Focusing on items besides operations. It's hard to not get involved with what got you into the business in the first place. Managing the restaurant, getting onto the floor to talk to customers, making drinks, are all things that I have less time for as we expand. Finding a balance of how to be able to still work in these roles a bit but stay focused on what our organization needs as a whole, focusing on long term strategy instead of night by night strategy has been my biggest challenge.
What makes your restaurant(s) stand out?
We are a multi-unit family owned and operated business. One of our biggest fears is perception drifting away from the fact that we are family owned. We take a lot of pride in what we do, we are not a corporate restaurant. We have been doing this in Omaha for the last 38 years and maintaining that reputation while expanding is a huge concern of mine. The fact that you can see all of us here makes me very proud. The fact that we have been able to expand and keep ourselves present in the business also makes me very proud. I think family is what restaurants are about and what makes the industry beautiful in it's own little way.
What motivates you to wake up and continue doing what you do?
Seeing what you do for people. Not just customers, but employees, other local businesses, the people that come up to you and tell you about their first date they had in your restaurant, and how it led to a proposal on a later date at your restaurant, the business meetings that happen at the bar, the ideas scratched on bar napkins during that business meeting that lead to other real businesses. There is a saying in Chinese that "A large tea house is a small community" and I really believe this holds true for restaurants as well. Being able to provide a place for life to unfold is a privilege we don't take lightly. It requires work every day. I suppose that is what motivates all of us, helping people enjoy and live their lives.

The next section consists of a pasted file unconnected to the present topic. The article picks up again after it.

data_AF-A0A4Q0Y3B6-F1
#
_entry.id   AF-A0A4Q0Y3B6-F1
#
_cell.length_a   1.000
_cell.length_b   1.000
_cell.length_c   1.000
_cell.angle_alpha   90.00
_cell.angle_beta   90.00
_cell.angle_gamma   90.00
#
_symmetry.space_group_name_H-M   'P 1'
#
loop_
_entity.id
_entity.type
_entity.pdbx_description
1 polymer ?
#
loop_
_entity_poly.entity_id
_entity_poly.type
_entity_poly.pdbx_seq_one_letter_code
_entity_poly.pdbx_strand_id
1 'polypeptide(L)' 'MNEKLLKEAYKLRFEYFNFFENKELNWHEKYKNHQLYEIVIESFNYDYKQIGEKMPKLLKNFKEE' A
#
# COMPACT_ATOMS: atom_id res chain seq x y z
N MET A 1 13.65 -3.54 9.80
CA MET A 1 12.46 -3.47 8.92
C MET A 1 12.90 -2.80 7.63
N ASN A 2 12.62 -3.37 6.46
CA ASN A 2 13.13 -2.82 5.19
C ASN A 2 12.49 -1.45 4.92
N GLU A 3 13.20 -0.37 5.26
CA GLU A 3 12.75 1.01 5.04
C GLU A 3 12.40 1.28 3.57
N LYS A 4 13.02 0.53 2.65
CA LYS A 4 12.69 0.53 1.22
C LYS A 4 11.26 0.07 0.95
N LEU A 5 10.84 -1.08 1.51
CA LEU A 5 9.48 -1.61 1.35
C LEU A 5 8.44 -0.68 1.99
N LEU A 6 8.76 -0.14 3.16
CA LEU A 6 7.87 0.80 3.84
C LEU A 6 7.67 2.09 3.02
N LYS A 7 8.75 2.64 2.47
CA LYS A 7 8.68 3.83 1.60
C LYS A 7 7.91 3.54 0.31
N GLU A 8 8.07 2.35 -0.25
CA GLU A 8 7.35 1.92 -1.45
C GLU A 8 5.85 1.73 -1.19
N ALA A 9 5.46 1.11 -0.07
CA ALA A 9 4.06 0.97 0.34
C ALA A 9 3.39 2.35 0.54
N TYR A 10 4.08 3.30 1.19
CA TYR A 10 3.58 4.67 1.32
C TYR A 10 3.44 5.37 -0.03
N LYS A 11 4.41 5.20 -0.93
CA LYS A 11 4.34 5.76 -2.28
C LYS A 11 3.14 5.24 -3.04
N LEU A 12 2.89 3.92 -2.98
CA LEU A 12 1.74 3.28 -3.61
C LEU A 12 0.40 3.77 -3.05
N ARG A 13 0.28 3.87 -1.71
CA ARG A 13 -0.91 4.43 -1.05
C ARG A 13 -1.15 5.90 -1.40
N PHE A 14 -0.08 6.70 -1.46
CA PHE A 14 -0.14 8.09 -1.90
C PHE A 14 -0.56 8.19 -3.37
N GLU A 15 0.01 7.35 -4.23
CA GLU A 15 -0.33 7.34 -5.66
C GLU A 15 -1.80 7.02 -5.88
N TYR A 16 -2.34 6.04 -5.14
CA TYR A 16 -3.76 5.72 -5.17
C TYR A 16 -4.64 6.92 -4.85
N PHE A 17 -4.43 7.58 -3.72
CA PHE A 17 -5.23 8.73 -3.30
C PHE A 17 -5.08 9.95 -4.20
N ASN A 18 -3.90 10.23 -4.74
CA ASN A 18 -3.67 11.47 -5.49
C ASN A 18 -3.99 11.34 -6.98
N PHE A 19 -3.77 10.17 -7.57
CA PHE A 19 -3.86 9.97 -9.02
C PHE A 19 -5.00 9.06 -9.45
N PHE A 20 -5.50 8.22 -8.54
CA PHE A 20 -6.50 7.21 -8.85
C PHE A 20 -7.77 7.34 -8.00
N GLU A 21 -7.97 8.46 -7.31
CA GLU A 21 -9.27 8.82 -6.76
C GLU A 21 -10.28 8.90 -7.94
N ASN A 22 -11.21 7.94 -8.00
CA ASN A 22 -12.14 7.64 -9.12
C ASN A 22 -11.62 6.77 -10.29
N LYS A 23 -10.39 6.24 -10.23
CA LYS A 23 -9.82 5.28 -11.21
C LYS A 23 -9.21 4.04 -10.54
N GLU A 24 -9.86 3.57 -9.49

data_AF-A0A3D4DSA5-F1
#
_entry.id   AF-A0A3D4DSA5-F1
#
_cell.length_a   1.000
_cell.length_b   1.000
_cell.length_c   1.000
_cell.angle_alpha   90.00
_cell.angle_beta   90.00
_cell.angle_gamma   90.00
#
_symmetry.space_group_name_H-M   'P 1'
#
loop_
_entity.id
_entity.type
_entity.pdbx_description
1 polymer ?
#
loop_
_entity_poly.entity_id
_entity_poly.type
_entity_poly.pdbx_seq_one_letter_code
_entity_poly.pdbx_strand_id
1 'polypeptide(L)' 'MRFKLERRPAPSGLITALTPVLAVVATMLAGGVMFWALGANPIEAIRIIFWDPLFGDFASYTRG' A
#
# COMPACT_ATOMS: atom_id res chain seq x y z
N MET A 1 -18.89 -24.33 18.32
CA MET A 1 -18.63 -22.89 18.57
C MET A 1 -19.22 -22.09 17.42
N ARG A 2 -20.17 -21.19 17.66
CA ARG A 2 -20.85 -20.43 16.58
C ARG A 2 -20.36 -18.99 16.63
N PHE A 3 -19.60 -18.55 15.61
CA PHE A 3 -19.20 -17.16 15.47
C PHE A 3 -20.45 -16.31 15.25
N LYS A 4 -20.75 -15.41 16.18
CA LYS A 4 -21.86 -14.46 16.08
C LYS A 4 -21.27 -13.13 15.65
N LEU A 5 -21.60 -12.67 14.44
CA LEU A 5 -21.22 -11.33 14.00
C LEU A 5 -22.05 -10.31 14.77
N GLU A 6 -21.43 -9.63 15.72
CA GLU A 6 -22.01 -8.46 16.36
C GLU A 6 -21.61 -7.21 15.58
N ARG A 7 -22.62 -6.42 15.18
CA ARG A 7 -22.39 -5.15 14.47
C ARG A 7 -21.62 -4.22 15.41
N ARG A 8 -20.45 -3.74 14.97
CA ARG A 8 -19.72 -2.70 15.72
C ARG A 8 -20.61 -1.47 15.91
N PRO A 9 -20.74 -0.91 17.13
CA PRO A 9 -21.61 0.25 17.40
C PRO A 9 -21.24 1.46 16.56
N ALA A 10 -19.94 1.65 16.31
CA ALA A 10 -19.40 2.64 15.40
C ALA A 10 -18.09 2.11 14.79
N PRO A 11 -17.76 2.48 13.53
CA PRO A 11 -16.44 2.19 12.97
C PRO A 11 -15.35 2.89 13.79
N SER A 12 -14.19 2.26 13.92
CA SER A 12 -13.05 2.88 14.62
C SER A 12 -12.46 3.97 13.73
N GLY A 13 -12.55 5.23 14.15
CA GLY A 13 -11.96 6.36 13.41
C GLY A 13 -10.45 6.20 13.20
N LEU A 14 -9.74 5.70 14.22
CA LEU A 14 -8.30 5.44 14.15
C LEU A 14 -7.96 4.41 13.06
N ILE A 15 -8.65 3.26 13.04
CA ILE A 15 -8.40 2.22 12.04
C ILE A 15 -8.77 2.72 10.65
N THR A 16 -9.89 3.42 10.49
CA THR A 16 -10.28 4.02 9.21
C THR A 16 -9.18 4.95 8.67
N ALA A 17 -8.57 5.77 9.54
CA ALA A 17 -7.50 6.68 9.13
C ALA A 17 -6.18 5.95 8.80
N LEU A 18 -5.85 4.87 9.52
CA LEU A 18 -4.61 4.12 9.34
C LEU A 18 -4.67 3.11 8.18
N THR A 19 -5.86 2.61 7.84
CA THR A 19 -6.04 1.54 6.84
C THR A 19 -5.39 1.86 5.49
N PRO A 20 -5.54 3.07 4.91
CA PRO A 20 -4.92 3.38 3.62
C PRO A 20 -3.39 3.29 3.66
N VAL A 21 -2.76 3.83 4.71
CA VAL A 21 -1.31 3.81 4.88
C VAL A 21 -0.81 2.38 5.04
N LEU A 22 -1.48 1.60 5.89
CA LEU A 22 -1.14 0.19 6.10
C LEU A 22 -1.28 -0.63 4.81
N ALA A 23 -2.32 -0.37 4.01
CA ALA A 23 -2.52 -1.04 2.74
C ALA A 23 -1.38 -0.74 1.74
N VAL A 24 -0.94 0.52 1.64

Being able to provide a place for life to unfold is a privilege we don't take lightly.
What's your favorite item at each of your restaurants?
LOCAL Beer, Patio and Kitchen: The Sloppy Charlie, I have really fond memories of little league and sloppy joes from when we were kids. Have always wondered why they weren't served at restaurants. LOCAL serves them, and they are terrific.
HIRO 88: Any of the raw fish as sashimi or nigiri. There isn't masking when you serve raw fish. It's all about how well we trim and keep the product. You can't cook or season away unwanted flavors. Tuna is probably one of my more eaten items.
PANA 88: The Pepper Chicken. This is something we specialize in. Its a great dish because it is sooo simple. Basic flavors but it reminds me of my Grandma's cooking.
One word of advice for anyone looking to do what you do?
Understand what you are getting into. Go work at a restaurant or bar for a year before you commit to opening anything. Just because your customers have a good time where we work, doesn't mean you will have a good time where you work. It's the service industry, be ready to serve, not be served. If you insist on ignoring this advice, get a partner that has owned their own restaurant or bar, not worked at one, actually owned one. There is a certain level of personal accountability that comes with an experienced owner that you will not find elsewhere else. Be ready to not make any money for at least 3 years and maybe even more.